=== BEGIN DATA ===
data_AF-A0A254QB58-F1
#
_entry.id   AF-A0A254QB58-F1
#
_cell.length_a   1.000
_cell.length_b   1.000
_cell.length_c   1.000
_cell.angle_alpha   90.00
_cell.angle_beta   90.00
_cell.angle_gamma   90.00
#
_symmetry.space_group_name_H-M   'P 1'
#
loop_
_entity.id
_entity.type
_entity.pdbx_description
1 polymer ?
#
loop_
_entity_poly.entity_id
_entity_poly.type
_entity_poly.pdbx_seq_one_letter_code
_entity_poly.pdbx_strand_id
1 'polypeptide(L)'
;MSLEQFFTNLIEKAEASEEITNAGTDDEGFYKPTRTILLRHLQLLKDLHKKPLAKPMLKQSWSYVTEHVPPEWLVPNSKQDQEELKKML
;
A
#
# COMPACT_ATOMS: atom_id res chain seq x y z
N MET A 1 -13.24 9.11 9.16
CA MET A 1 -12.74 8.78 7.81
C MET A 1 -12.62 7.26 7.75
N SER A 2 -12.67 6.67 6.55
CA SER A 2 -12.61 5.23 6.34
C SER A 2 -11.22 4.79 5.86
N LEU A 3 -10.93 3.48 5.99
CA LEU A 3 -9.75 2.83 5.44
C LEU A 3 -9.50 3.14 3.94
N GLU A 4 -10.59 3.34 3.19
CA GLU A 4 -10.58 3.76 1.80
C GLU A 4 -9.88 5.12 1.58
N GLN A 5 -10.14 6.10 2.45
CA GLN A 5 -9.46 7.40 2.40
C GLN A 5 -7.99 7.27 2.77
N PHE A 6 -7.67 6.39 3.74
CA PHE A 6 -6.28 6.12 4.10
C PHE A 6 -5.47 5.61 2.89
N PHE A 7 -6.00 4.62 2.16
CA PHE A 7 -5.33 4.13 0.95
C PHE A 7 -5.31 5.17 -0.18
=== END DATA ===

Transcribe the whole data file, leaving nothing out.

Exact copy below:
data_AF-A0A254QB58-F1
#
_entry.id   AF-A0A254QB58-F1
#
_cell.length_a   1.000
_cell.length_b   1.000
_cell.length_c   1.000
_cell.angle_alpha   90.00
_cell.angle_beta   90.00
_cell.angle_gamma   90.00
#
_symmetry.space_group_name_H-M   'P 1'
#
loop_
_entity.id
_entity.type
_entity.pdbx_description
1 polymer ?
#
loop_
_entity_poly.entity_id
_entity_poly.type
_entity_poly.pdbx_seq_one_letter_code
_entity_poly.pdbx_strand_id
1 'polypeptide(L)'
;MSLEQFFTNLIEKAEASEEITNAGTDDEGFYKPTRTILLRHLQLLKDLHKKPLAKPMLKQSWSYVTEHVPPEWLVPNSKQDQEELKKML
;
A
#
# COMPACT_ATOMS: atom_id res chain seq x y z
N MET A 1 -13.24 9.11 9.16
CA MET A 1 -12.74 8.78 7.81
C MET A 1 -12.62 7.26 7.75
N SER A 2 -12.67 6.67 6.55
CA SER A 2 -12.61 5.23 6.34
C SER A 2 -11.22 4.79 5.86
N LEU A 3 -10.93 3.48 5.99
CA LEU A 3 -9.75 2.83 5.44
C LEU A 3 -9.50 3.14 3.94
N GLU A 4 -10.59 3.34 3.19
CA GLU A 4 -10.58 3.76 1.80
C GLU A 4 -9.88 5.12 1.58
N GLN A 5 -10.14 6.10 2.45
CA GLN A 5 -9.46 7.40 2.40
C GLN A 5 -7.99 7.27 2.77
N PHE A 6 -7.67 6.39 3.74
CA PHE A 6 -6.28 6.12 4.10
C PHE A 6 -5.47 5.61 2.89
N PHE A 7 -6.00 4.62 2.16
CA PHE A 7 -5.33 4.13 0.95
C PHE A 7 -5.31 5.17 -0.18